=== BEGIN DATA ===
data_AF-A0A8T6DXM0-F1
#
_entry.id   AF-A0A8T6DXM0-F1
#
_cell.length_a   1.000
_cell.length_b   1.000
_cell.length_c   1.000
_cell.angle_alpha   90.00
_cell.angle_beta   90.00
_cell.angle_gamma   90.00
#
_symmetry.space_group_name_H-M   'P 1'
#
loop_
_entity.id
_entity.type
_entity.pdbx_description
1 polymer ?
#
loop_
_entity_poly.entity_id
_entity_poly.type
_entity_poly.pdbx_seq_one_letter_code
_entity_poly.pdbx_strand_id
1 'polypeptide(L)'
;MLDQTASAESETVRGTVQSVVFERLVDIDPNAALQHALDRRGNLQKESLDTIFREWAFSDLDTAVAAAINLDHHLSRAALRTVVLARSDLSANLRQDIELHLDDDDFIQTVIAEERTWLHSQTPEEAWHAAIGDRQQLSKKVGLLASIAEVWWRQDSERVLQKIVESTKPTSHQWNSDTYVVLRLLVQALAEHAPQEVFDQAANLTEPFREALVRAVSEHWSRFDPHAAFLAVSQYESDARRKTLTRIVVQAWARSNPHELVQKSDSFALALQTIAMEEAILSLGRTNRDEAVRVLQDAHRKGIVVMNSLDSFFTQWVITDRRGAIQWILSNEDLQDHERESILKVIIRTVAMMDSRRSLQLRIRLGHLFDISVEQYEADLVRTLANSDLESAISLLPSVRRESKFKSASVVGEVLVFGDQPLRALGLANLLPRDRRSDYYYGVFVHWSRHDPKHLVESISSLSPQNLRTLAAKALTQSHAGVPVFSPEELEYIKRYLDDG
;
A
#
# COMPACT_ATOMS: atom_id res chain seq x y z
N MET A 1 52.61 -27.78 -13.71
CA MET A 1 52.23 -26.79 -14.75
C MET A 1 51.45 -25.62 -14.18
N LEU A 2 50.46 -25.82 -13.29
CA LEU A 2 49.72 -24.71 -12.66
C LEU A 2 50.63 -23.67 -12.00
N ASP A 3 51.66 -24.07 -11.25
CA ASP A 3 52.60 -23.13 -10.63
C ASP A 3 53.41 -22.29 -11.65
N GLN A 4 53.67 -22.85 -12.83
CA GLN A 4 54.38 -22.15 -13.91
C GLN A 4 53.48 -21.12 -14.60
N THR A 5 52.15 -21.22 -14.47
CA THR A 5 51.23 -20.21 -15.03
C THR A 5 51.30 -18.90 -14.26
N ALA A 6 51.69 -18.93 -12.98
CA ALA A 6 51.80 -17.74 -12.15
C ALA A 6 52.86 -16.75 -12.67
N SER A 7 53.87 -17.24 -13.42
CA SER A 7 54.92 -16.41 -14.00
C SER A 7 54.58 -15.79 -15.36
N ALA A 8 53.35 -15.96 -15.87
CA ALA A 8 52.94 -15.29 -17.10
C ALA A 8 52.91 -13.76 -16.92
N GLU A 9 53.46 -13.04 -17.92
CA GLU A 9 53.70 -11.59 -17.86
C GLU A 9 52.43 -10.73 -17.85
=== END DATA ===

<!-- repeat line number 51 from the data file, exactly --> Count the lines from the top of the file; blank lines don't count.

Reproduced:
C SER A 7 54.58 -15.79 -15.36